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"The Prince" is a practical guide for ruling a country. The general theme of "The Prince" is the acceptance that the aims of rulers, such as glory and power, can justify the use of immoral means to achieve these ends.
Only the expenditure of one’s own resources is harmful; and, indeed, nothing feeds upon itself as liberality does. The more it is indulged, the fewer are the means to indulge it further. As a consequence, a prince becomes poor and contemptible or, to escape poverty, becomes rapacious and hateful. Of all the things he must guard against, hatred and contempt come first, and liberality leads to both. Therefore it is better to have a name for miserliness, which breeds disgrace without hatred, than, in pursuing a name for liberality, to resort to rapacity, which breeds both disgrace and hatred.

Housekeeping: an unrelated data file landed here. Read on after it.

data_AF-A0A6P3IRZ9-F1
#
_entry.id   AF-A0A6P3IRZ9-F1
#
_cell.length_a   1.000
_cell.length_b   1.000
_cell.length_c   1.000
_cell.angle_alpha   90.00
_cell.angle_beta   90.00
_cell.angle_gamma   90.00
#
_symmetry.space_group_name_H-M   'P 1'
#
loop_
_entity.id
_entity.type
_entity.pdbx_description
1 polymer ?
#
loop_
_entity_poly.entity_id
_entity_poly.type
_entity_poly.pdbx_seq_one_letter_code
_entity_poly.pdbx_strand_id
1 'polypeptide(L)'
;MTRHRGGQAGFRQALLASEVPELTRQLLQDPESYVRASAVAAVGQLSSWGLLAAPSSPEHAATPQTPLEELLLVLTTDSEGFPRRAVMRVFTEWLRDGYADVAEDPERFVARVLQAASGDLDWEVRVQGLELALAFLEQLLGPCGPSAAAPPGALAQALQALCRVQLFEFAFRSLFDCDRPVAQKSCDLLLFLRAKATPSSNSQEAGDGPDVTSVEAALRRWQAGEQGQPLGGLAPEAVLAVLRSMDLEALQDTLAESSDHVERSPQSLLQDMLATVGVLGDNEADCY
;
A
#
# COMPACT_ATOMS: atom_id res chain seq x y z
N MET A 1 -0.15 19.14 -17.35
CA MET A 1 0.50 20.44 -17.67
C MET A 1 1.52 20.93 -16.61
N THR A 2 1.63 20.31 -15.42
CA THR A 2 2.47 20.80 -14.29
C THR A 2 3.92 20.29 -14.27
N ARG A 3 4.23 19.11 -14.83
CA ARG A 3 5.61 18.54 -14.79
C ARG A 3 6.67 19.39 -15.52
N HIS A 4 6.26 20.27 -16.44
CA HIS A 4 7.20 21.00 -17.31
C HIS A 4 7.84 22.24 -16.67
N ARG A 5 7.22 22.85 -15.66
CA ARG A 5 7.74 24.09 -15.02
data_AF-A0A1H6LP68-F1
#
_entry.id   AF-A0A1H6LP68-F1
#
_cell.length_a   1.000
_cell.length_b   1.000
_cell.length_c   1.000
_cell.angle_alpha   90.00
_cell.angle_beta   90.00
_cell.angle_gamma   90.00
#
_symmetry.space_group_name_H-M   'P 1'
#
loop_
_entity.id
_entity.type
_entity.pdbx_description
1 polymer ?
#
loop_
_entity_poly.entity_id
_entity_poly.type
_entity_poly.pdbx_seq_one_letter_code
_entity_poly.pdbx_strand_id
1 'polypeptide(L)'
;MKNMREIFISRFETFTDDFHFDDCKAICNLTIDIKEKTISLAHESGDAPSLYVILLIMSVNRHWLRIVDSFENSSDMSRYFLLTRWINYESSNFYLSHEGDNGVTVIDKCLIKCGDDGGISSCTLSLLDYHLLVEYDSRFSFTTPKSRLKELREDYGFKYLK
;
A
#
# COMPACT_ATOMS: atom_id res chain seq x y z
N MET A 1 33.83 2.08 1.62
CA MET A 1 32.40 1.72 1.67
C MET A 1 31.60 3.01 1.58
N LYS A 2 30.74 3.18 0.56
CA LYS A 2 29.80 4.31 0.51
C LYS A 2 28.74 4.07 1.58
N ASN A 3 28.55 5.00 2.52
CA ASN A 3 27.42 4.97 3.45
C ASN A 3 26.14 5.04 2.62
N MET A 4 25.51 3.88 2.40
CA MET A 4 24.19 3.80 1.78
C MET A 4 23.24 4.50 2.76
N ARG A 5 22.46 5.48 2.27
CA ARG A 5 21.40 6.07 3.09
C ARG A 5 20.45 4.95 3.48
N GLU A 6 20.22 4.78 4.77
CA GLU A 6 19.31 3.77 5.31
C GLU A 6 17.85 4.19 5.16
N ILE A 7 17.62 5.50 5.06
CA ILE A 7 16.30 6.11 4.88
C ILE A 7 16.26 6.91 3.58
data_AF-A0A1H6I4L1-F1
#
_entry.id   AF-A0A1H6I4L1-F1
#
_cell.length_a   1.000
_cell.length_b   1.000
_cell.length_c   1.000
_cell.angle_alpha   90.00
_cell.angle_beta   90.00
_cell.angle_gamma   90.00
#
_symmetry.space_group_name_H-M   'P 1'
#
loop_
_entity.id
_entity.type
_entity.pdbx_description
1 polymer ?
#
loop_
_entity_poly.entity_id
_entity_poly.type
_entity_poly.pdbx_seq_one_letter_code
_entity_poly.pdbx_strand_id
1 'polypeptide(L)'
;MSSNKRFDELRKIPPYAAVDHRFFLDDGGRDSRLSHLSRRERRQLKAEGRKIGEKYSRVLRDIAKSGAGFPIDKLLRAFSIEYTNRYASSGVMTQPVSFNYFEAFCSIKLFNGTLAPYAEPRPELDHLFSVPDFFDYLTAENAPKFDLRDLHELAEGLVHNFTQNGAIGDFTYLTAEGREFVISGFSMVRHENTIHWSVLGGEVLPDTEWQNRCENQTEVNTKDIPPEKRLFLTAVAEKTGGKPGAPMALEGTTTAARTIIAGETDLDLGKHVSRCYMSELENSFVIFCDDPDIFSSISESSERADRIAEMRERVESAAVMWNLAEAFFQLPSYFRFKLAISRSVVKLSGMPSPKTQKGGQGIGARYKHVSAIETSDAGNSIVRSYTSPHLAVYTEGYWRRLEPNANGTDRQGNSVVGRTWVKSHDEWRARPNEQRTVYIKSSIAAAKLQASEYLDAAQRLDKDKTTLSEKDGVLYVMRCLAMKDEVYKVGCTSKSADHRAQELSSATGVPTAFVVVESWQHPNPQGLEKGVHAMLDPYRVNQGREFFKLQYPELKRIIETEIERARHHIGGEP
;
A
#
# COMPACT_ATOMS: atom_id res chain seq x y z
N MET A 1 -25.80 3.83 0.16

This quote is found in Chapter 16 of "The Prince". Machiavelli advises the prince to disregard the traditional principles of virtue because these principles will ultimately be detrimental to the prince's ability to rule.
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